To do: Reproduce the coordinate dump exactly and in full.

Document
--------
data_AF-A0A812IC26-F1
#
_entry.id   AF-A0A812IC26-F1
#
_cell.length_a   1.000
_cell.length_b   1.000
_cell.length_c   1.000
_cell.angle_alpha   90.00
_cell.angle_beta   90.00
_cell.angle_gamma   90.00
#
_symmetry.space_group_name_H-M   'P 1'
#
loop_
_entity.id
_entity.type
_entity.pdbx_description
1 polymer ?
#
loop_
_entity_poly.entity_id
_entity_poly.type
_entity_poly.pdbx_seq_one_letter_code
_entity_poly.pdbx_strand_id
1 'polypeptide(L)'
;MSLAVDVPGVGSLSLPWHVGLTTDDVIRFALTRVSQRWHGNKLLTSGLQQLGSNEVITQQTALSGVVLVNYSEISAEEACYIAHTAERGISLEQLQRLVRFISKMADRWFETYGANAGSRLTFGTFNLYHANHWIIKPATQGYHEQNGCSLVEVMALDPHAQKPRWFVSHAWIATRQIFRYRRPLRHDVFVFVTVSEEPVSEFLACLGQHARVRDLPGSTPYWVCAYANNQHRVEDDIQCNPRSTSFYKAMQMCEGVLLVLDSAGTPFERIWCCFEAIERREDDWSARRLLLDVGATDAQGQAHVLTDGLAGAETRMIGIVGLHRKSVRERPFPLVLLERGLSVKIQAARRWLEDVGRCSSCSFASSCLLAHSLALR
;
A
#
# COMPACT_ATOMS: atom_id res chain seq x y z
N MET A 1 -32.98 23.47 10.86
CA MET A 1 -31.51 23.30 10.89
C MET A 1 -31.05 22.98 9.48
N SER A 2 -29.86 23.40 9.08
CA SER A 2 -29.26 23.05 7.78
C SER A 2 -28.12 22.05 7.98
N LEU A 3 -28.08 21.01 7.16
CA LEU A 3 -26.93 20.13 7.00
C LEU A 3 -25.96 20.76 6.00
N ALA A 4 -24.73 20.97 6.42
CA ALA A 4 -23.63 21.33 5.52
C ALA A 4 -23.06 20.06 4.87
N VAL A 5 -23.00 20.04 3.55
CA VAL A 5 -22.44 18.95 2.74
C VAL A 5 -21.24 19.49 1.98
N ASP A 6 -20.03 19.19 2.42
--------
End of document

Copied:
data_AF-A0A812IC26-F1
#
_entry.id   AF-A0A812IC26-F1
#
_cell.length_a   1.000
_cell.length_b   1.000
_cell.length_c   1.000
_cell.angle_alpha   90.00
_cell.angle_beta   90.00
_cell.angle_gamma   90.00
#
_symmetry.space_group_name_H-M   'P 1'
#
loop_
_entity.id
_entity.type
_entity.pdbx_description
1 polymer ?
#
loop_
_entity_poly.entity_id
_entity_poly.type
_entity_poly.pdbx_seq_one_letter_code
_entity_poly.pdbx_strand_id
1 'polypeptide(L)'
;MSLAVDVPGVGSLSLPWHVGLTTDDVIRFALTRVSQRWHGNKLLTSGLQQLGSNEVITQQTALSGVVLVNYSEISAEEACYIAHTAERGISLEQLQRLVRFISKMADRWFETYGANAGSRLTFGTFNLYHANHWIIKPATQGYHEQNGCSLVEVMALDPHAQKPRWFVSHAWIATRQIFRYRRPLRHDVFVFVTVSEEPVSEFLACLGQHARVRDLPGSTPYWVCAYANNQHRVEDDIQCNPRSTSFYKAMQMCEGVLLVLDSAGTPFERIWCCFEAIERREDDWSARRLLLDVGATDAQGQAHVLTDGLAGAETRMIGIVGLHRKSVRERPFPLVLLERGLSVKIQAARRWLEDVGRCSSCSFASSCLLAHSLALR
;
A
#
# COMPACT_ATOMS: atom_id res chain seq x y z
N MET A 1 -32.98 23.47 10.86
CA MET A 1 -31.51 23.30 10.89
C MET A 1 -31.05 22.98 9.48
N SER A 2 -29.86 23.40 9.08
CA SER A 2 -29.26 23.05 7.78
C SER A 2 -28.12 22.05 7.98
N LEU A 3 -28.08 21.01 7.16
CA LEU A 3 -26.93 20.13 7.00
C LEU A 3 -25.96 20.76 6.00
N ALA A 4 -24.73 20.97 6.42
CA ALA A 4 -23.63 21.33 5.52
C ALA A 4 -23.06 20.06 4.87
N VAL A 5 -23.00 20.04 3.55
CA VAL A 5 -22.44 18.95 2.74
C VAL A 5 -21.24 19.49 1.98
N ASP A 6 -20.03 19.19 2.42